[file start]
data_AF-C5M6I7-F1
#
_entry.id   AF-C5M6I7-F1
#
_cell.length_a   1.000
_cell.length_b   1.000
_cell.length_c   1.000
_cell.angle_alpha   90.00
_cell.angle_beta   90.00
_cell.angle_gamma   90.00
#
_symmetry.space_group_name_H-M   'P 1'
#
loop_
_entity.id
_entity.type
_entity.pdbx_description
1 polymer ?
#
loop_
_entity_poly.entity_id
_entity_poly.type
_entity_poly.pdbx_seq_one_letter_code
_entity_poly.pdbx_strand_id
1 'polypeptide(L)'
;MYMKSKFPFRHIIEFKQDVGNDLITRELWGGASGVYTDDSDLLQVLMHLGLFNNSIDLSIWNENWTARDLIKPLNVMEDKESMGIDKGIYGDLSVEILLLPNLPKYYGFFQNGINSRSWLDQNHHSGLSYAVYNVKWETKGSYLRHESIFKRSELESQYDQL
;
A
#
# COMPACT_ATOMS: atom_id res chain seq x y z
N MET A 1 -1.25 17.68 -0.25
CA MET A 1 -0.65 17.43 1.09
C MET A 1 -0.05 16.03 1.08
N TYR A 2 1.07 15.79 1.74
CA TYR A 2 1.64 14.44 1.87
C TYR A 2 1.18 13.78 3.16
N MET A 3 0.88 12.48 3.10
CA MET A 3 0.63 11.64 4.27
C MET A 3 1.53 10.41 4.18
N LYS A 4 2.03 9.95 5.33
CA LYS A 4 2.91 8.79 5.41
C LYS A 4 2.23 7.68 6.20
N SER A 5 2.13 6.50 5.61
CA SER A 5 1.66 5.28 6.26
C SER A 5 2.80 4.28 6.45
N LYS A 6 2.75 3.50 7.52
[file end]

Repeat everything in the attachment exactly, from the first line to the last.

data_AF-C5M6I7-F1
#
_entry.id   AF-C5M6I7-F1
#
_cell.length_a   1.000
_cell.length_b   1.000
_cell.length_c   1.000
_cell.angle_alpha   90.00
_cell.angle_beta   90.00
_cell.angle_gamma   90.00
#
_symmetry.space_group_name_H-M   'P 1'
#
loop_
_entity.id
_entity.type
_entity.pdbx_description
1 polymer ?
#
loop_
_entity_poly.entity_id
_entity_poly.type
_entity_poly.pdbx_seq_one_letter_code
_entity_poly.pdbx_strand_id
1 'polypeptide(L)'
;MYMKSKFPFRHIIEFKQDVGNDLITRELWGGASGVYTDDSDLLQVLMHLGLFNNSIDLSIWNENWTARDLIKPLNVMEDKESMGIDKGIYGDLSVEILLLPNLPKYYGFFQNGINSRSWLDQNHHSGLSYAVYNVKWETKGSYLRHESIFKRSELESQYDQL
;
A
#
# COMPACT_ATOMS: atom_id res chain seq x y z
N MET A 1 -1.25 17.68 -0.25
CA MET A 1 -0.65 17.43 1.09
C MET A 1 -0.05 16.03 1.08
N TYR A 2 1.07 15.79 1.74
CA TYR A 2 1.64 14.44 1.87
C TYR A 2 1.18 13.78 3.16
N MET A 3 0.88 12.48 3.10
CA MET A 3 0.63 11.64 4.27
C MET A 3 1.53 10.41 4.18
N LYS A 4 2.03 9.95 5.33
CA LYS A 4 2.91 8.79 5.41
C LYS A 4 2.23 7.68 6.20
N SER A 5 2.13 6.50 5.61
CA SER A 5 1.66 5.28 6.26
C SER A 5 2.80 4.28 6.45
N LYS A 6 2.75 3.50 7.52